Marble statue group of three nude women standing in line.
Fragmented sculpture of three idealized female nudes missing their heads and facing in different directions.
Marble sculpture of three headless nude women with their arms around each other.
Above are three descriptions of Marble Statue Group of the Three Graces (second century AD) in the collection of the Metropolitan Museum of Art in New York. Three different people wrote them, compared them, then created a single description for the alt-text field of the museum’s app: “Fragmented marble sculpture of three nude women, with missing heads, and their arms around each other.” Alt texts (also called alt tags and alt attributes) are descriptions of images intended for blind and low-vision people who access them using software called a screen reader, which converts the text into braille or audio. Instead of repeating caption information noting a work’s medium or providing historical background, alt texts describe what sighted visitors would see. The succinct descriptions—the Met’s guidelines recommend thirty words or less—are embedded in a website’s HTML code. Most users likely never notice them.
Describe what you see: it’s a somewhat straightforward request that has opened up complicated debates about access, labor, and description practices in the art world and beyond. In 2019, more than a hundred lawsuits were filed against New York galleries whose online images lacked alt tags. At least thirty-seven of the suits were filed by Deshawn Dawson, a blind Brooklyn resident who claimed the galleries were in violation of the Americans with Disabilities Act (ADA), which requires that businesses and public places accommodate disabled people. In 2017, the Trump administration stalled work meant to spell out exactly how the ADA should apply to the internet. The ADA was signed in 1990, before the first web page went online, and the law’s digital implications have been interpreted in an ad hoc fashion and enforced primarily through individual lawsuits like those filed by Dawson—whether served to museums, galleries, or retailers.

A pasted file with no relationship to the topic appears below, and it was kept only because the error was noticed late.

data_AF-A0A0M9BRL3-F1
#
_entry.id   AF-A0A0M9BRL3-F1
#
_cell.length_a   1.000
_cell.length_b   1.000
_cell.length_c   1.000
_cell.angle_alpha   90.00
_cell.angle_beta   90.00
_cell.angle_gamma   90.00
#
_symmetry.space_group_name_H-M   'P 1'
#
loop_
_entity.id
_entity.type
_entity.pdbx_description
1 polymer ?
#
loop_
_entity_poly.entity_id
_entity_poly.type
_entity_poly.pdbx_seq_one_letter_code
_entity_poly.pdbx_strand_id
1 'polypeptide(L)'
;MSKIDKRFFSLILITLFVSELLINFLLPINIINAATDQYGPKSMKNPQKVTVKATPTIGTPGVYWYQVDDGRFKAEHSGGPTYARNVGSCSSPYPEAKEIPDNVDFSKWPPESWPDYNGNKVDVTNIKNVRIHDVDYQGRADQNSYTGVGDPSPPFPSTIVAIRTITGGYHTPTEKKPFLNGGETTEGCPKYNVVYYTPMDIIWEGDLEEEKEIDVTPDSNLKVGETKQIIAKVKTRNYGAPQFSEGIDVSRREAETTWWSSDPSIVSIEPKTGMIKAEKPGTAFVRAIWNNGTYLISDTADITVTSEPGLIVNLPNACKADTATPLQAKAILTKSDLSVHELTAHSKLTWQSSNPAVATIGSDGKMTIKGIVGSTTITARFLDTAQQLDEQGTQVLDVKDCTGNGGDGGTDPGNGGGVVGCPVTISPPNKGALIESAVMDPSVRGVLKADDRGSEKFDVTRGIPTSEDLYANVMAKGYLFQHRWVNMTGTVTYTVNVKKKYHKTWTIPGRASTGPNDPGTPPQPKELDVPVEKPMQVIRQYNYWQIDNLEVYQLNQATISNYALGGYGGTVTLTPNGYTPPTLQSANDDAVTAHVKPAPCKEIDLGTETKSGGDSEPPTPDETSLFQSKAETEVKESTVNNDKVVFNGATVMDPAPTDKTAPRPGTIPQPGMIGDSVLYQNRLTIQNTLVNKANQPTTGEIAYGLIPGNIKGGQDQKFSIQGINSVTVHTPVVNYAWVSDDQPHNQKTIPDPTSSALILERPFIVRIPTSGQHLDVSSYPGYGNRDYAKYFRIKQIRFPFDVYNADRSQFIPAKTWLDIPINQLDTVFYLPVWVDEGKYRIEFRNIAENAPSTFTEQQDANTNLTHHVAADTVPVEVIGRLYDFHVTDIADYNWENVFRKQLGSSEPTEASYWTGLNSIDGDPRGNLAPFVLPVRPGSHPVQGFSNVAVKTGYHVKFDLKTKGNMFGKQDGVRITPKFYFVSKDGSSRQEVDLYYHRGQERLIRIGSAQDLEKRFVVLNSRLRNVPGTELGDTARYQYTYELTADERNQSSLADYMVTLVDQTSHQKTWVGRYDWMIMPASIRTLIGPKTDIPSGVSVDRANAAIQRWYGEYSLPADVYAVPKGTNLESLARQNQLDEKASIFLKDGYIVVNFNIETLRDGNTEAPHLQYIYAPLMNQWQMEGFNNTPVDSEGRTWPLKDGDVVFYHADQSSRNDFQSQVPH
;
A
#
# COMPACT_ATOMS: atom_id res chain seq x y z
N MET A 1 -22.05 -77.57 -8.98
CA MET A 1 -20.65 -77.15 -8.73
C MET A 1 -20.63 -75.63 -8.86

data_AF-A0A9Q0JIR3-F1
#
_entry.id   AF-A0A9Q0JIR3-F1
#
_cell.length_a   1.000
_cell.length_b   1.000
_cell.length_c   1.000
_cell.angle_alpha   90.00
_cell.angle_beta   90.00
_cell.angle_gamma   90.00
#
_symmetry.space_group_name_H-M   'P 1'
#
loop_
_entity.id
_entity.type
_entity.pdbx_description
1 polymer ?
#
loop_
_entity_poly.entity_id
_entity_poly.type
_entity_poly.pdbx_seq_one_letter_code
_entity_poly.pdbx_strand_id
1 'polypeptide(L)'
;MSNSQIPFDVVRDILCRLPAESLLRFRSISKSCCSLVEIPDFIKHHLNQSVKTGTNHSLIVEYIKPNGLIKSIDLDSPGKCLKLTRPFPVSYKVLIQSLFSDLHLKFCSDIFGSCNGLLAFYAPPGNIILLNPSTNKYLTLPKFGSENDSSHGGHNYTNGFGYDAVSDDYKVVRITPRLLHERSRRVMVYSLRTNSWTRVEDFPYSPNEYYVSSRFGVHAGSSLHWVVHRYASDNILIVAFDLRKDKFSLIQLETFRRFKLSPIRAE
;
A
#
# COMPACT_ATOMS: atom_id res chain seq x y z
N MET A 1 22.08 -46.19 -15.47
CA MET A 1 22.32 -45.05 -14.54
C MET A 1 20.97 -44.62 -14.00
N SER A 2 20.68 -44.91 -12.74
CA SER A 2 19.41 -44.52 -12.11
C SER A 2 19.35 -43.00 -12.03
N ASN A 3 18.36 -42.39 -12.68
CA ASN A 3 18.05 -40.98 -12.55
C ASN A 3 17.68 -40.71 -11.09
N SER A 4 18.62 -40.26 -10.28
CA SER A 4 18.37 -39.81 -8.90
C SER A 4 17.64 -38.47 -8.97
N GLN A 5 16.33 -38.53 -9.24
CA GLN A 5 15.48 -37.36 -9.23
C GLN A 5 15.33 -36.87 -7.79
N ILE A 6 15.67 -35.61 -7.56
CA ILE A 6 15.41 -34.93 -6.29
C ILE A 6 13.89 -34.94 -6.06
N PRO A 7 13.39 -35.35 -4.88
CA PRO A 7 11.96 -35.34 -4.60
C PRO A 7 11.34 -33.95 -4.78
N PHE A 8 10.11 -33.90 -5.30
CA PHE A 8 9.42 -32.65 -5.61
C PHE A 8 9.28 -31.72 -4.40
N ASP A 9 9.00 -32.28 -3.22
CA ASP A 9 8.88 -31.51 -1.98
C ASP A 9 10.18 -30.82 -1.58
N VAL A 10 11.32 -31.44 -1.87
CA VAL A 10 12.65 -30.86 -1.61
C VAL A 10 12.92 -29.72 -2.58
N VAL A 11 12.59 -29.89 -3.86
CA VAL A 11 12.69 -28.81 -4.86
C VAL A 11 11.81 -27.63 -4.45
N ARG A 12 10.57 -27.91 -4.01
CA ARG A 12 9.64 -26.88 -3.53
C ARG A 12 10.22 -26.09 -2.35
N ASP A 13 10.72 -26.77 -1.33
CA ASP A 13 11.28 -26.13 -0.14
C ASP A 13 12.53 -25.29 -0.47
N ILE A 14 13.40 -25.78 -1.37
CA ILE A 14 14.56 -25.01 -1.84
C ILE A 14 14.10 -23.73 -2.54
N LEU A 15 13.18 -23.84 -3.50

Many organizations view accessibility requirements grudgingly, as a costly way to avoid costlier lawsuits. Businesses and nonprofits with the best intentions can find themselves confused and overwhelmed as to where they should start. Activists, computer scientists, lawyers, and other stakeholders are still working out best practices for alt text. Even successful efforts like the Met’s, which received an Access Award from the American Federation for the Blind in 2014, might not be apparent to most users because alt text is not displayed on a website, but hidden away in its code. That makes it difficult for institutions to find exemplary models. Restricting alt text to users of screen readers also perpetuates the assumption that sighted people do not want to read descriptive texts and cannot benefit from them.
The Museum of Contemporary Art Chicago’s website is an exception because its image descriptions are visible to sighted users who elect to see them by ticking a prominently displayed button. The descriptions offer a glimpse of how screen reader users access artwork, while also providing illuminating alternative perspectives on the work. “Light-skinned hands with vivid yellow finger nails repeatedly massage a large mass of mint-green goo,” reads the description of a scene from Mika Rottenberg’s video Spaghetti Blockchain (2019), which is featured in the artist’s current solo show “Easypieces.” Paired with a short clip from the video that appears as a GIF on the MCA’s website, the text emphasizes the image’s absurdity by describing the unusual scene matter-of-factly. David Mitchell and Sharon Snyder, two scholars of disability studies, write that “disability subjectivities are not just characterized by socially imposed restrictions, but, in fact, productively create new forms of embodied knowledge and collective consciousness.”¹ As readers and writers of art criticism well know, evocative summaries of artworks, including those in the tradition of ekphrasis, are at times more enticing than the works themselves. By choosing to place descriptions alongside the images, the MCA Chicago highlights how this alternative means of accessing art can be its own type of artistry.